and in good taste. Letters exceeding 300 words in length, defamatory or
libelous letters, and letters which for any reason are not in good taste will
be condensed, edited or withheld from publication at the discretion of the

rr r rrrr o i irnr w ri r r r r



Washington Merry- Go-Round

a .


WASHINGTON.-.Oregon's Independent
Sen. Wayne Morse paid an unusual call.
on the Bureau of Internal Revenue the oth-
er day. Most people fight shy of this tax-
collecting agency; some people get heart
failure when its agents even telephone.
But the Oregon Senator ambled down
to the bureau and said he wanted to meet
with the officials who were running it.
Accordingly, Harold Swartz, acting as-
sistant commissioner, sat down with him,
plus David Gatzenmeier and Frank Cohen
of the chief counsel's office, plus E. I. Mc-
Larney and Leonard Boyd of the Audit
"I would like to ask the Bureau of In-
ternal Revenue," Senator Morse told them,
"to make a careful audit of my income-tax
.The tax officials couldn't believe their
ears. The bureau makes it an unwritten rule
not to look too closely at the tax returns of
members of Congress. So for a Senator to
come in and ask for an audit was revolu-
Morse went on to explain that, when he
was elected to the Senate in 1945, he had
a campaign deficit of about $16,000 which
had been paid partly by him, partly by
contributions from friends; and that recent-
ly Oregon politicians had been circulating
charges that the handling bf this deficit
had violated the tax laws.
He said the money was not paid to him,
and he was certain the tax laws had not
been violated. But to make sure, he asked
that his tax returns be thoroughly audited.
"But we can't audit them prior to 1949,"
said Assistant Commissioner Swartz. "The
statute of limitations has expired."
"Then I'll waive the statute of limita-
"You'll what?" asked Swartz incredulous-
ly. "Well, we'll have to have written author-
ization for that."
"You'll get it," replied Morse, who prompt-

er this letter as being my official request
for an audit of my income-tax returns
since I have been in the Senate, starting
with the 1945 returns."
Note-when this columnist in 1946 sug-
gested to Senator Morse that members of
Congress and all top government officials
file a statement of outside fees received, in-j
come from law practice, stocks and comodi-
ties purchased, he immediately introduced
a bill to this effect. Had it passed, the Nixon
fund would have been required to be regis-
tered so the public could know about it be-
fore Nixon's nomination to the important
office of vice president.
* * *
LAME-DUCK Senator McFarland of Arizo-
na is planning a final fling at the tax-
payers' expense. He is making arrangements
for a round-the-world trip during his last
month as Senator.... Senator Ferguson of
Michigan is so anxious to take over the
Senate appropriations committee that he
can't wait. He is second to Senator Bridges
of New Hampshire in seniority. But, if
Bridges accepts the job of majority leader,
there's a chance he will be too busy to head
the appropriations committee too. So Fer-
guson has been pestering Bridges' office to
find out whether he is giving up the appro-
pritions chairmanship. ...Secretary of De-
fense Lovett has invited his successor,
Charles E. Wilson, to attend the North At-
lantic Pact conference in Paris Dec. 15. .. .
General Eisenhower has invited Army Chief
of Staff General Collins to fly to Korea with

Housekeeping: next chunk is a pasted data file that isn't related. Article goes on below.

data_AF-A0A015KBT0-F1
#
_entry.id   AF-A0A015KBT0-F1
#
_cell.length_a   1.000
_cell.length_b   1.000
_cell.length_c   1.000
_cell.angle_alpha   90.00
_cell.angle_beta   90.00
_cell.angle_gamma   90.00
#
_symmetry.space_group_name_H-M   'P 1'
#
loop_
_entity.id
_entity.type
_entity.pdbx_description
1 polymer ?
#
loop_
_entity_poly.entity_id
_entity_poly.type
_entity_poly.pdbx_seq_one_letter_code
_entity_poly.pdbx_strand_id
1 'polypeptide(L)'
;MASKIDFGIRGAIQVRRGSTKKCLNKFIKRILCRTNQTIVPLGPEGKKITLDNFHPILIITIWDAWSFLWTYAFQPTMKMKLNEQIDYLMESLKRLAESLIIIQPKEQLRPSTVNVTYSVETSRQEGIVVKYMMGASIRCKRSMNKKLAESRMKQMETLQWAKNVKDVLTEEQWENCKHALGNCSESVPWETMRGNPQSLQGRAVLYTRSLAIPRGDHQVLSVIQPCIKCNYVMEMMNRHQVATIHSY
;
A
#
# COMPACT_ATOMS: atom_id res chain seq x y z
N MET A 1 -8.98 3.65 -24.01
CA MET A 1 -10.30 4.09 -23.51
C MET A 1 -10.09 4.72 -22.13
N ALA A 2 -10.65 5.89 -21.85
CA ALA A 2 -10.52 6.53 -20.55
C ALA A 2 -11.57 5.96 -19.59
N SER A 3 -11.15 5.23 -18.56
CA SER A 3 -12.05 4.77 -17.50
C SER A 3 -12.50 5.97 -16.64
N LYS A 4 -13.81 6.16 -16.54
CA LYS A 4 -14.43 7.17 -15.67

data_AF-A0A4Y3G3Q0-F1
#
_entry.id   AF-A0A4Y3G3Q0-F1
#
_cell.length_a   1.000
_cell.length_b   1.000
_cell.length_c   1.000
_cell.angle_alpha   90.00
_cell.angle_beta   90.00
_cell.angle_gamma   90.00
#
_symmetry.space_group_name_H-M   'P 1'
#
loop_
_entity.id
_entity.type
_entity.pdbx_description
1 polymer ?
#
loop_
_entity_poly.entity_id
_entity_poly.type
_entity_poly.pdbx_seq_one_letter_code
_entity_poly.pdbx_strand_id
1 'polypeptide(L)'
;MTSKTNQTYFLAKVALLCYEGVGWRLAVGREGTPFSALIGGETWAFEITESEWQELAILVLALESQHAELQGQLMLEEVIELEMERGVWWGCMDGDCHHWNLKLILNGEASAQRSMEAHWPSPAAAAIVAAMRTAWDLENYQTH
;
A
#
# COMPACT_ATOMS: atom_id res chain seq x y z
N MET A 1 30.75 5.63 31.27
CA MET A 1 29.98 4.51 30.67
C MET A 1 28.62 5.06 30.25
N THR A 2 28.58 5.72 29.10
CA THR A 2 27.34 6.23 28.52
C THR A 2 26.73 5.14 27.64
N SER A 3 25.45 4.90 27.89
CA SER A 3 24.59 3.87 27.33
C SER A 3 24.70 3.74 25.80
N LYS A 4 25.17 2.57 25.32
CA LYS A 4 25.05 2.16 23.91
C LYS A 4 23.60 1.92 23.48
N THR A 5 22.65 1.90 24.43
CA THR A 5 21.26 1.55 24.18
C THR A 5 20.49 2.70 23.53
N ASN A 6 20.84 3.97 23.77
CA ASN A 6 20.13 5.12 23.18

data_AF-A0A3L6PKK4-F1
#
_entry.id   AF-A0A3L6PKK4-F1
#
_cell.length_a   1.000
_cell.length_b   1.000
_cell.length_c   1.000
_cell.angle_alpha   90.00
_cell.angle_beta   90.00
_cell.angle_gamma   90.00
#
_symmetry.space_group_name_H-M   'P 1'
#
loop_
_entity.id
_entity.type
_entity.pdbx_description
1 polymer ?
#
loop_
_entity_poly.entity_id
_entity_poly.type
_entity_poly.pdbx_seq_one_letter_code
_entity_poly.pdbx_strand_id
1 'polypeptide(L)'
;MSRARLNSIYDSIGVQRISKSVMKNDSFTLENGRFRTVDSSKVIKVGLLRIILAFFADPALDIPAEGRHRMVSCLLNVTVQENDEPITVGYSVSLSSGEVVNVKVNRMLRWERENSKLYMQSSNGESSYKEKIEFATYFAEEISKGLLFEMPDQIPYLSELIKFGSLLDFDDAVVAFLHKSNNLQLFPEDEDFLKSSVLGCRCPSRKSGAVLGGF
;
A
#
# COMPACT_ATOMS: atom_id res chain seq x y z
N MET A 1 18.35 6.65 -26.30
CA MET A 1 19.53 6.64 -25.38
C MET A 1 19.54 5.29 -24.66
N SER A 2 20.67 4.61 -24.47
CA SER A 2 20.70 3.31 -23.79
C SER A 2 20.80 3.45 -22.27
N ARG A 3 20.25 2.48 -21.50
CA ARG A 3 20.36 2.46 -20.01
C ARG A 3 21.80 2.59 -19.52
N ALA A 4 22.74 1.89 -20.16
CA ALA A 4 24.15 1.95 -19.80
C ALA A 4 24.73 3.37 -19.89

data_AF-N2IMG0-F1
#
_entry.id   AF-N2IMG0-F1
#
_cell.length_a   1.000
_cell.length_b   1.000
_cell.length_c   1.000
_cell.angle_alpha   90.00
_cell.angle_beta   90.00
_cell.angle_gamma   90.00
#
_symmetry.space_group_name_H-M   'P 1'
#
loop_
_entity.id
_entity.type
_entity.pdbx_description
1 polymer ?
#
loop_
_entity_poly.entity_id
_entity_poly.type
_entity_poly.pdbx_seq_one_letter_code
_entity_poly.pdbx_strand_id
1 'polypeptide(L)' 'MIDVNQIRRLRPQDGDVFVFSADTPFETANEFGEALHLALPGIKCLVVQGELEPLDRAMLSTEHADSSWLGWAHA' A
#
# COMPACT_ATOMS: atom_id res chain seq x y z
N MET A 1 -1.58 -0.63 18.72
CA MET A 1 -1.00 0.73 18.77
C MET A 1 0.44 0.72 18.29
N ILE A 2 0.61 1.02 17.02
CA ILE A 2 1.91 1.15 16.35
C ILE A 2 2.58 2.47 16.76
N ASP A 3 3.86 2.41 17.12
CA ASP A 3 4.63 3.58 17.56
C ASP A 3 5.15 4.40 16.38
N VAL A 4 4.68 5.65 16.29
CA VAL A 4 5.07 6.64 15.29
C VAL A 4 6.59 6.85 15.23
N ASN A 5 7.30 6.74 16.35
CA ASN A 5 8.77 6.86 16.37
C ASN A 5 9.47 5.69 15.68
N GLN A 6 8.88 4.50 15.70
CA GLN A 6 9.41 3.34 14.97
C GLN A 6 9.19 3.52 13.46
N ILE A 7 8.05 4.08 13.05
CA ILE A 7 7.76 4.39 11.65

him-after Collins hinted broadly for an
invitation.... President Truman is plead-
ing with defense boss Joe Fowler not to quit
until Ike is inaugurated. The President wants
the mobilization program going full steam
when Ike takes over. . . . Eisenhower will
appoint a special commission, headed by
Vannevar Bush, to study the reorganization
of the Defense Department. . . . Senator
Lodge of Massachusetts has told friends he
won't be in the cabinet but will probably
serve as an assistant president and trouble

state and the stated aims of the
National DemocraticParty.
Johnson obviously views the
Senate leadership as a weapon.
in his fight to be re-elected in
1954. States' rights forces are
already putting him, on their
list to be axed.
Whatever their aims, Democrats
will not have the whole say about
the South's future. General Eis-
enhower and the Republican na-
tional committee now are in a
position to provide Republican
leadership in the South with some
of the real sinews of war.
In the past such sinews have
been used only to build private
power and fortune;/ most South-
ern Republican leaders deliberately
kept the party small, cooperated
with the Democrats locally, and
swallowed what crumbs fell from
the gable. Those who successfully
supported General Eisenhower at
Chicago declaimed loudly against
such practices and affirmed pas-
sionately their intention of build-
ing a two-party systtem in their
It should not take too long
to tell which will triumph, now
that the General is elected--
the crusading or the club spirit.
The business interests, especially
oil, which so vehemently .sup-
ported the Eisenhower campaign
in the South, do not, of course,
care greatly about a party label;
they work both sides of the
street in the South as elsewhere.
The Southern primaries did
show that great numbers of young
people and women were interested
in the presidential campaign.
They are the raw material of a
strengthened GOP, if their nomi-
nal leaders and the victorious Re-
publican hierarchy in Washing-
ton care to undertake the hard,
slow task of organization. The
two-party system will not evolve
(Copyright, 1952, by the Bell Syndicate)
96 T1iVffA nrr a a nn. huli m



(Continued from Page 2)
The Divisional Libraries will be closed
on Wednesday evening and open on